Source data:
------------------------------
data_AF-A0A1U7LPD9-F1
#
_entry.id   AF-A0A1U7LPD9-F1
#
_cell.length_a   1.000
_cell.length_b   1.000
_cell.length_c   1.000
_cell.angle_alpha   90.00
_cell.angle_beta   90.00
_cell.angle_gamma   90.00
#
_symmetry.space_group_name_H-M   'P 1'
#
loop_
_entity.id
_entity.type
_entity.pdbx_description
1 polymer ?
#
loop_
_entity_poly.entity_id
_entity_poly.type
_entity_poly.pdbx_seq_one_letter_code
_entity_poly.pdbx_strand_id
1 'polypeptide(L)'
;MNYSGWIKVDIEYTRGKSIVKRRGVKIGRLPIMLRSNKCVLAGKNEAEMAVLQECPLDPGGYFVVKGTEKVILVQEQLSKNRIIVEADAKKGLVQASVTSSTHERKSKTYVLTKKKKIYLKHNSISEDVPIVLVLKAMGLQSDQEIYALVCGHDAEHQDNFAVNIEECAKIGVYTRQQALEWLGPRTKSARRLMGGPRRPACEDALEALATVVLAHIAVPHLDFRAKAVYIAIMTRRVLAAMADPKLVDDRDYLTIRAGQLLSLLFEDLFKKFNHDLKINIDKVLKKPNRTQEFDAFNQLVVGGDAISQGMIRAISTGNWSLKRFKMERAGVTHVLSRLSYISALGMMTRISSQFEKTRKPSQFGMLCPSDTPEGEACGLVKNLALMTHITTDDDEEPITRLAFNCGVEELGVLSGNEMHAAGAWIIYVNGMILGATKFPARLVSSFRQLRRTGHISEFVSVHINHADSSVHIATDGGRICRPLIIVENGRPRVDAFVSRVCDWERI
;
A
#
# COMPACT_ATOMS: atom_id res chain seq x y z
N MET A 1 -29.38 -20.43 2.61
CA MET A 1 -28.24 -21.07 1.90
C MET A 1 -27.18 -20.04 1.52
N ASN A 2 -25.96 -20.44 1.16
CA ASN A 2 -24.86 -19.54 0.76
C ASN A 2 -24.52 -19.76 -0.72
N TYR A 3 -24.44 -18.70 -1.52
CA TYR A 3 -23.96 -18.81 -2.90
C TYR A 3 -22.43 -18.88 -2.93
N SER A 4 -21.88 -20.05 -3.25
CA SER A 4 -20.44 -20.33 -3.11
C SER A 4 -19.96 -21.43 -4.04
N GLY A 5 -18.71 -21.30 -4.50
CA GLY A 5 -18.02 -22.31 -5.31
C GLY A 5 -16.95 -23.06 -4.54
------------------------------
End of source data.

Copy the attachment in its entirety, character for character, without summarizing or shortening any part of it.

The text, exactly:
data_AF-A0A1U7LPD9-F1
#
_entry.id   AF-A0A1U7LPD9-F1
#
_cell.length_a   1.000
_cell.length_b   1.000
_cell.length_c   1.000
_cell.angle_alpha   90.00
_cell.angle_beta   90.00
_cell.angle_gamma   90.00
#
_symmetry.space_group_name_H-M   'P 1'
#
loop_
_entity.id
_entity.type
_entity.pdbx_description
1 polymer ?
#
loop_
_entity_poly.entity_id
_entity_poly.type
_entity_poly.pdbx_seq_one_letter_code
_entity_poly.pdbx_strand_id
1 'polypeptide(L)'
;MNYSGWIKVDIEYTRGKSIVKRRGVKIGRLPIMLRSNKCVLAGKNEAEMAVLQECPLDPGGYFVVKGTEKVILVQEQLSKNRIIVEADAKKGLVQASVTSSTHERKSKTYVLTKKKKIYLKHNSISEDVPIVLVLKAMGLQSDQEIYALVCGHDAEHQDNFAVNIEECAKIGVYTRQQALEWLGPRTKSARRLMGGPRRPACEDALEALATVVLAHIAVPHLDFRAKAVYIAIMTRRVLAAMADPKLVDDRDYLTIRAGQLLSLLFEDLFKKFNHDLKINIDKVLKKPNRTQEFDAFNQLVVGGDAISQGMIRAISTGNWSLKRFKMERAGVTHVLSRLSYISALGMMTRISSQFEKTRKPSQFGMLCPSDTPEGEACGLVKNLALMTHITTDDDEEPITRLAFNCGVEELGVLSGNEMHAAGAWIIYVNGMILGATKFPARLVSSFRQLRRTGHISEFVSVHINHADSSVHIATDGGRICRPLIIVENGRPRVDAFVSRVCDWERI
;
A
#
# COMPACT_ATOMS: atom_id res chain seq x y z
N MET A 1 -29.38 -20.43 2.61
CA MET A 1 -28.24 -21.07 1.90
C MET A 1 -27.18 -20.04 1.52
N ASN A 2 -25.96 -20.44 1.16
CA ASN A 2 -24.86 -19.54 0.76
C ASN A 2 -24.52 -19.76 -0.72
N TYR A 3 -24.44 -18.70 -1.52
CA TYR A 3 -23.96 -18.81 -2.90
C TYR A 3 -22.43 -18.88 -2.93
N SER A 4 -21.88 -20.05 -3.25
CA SER A 4 -20.44 -20.33 -3.11
C SER A 4 -19.96 -21.43 -4.04
N GLY A 5 -18.71 -21.30 -4.50
CA GLY A 5 -18.02 -22.31 -5.31
C GLY A 5 -16.95 -23.06 -4.54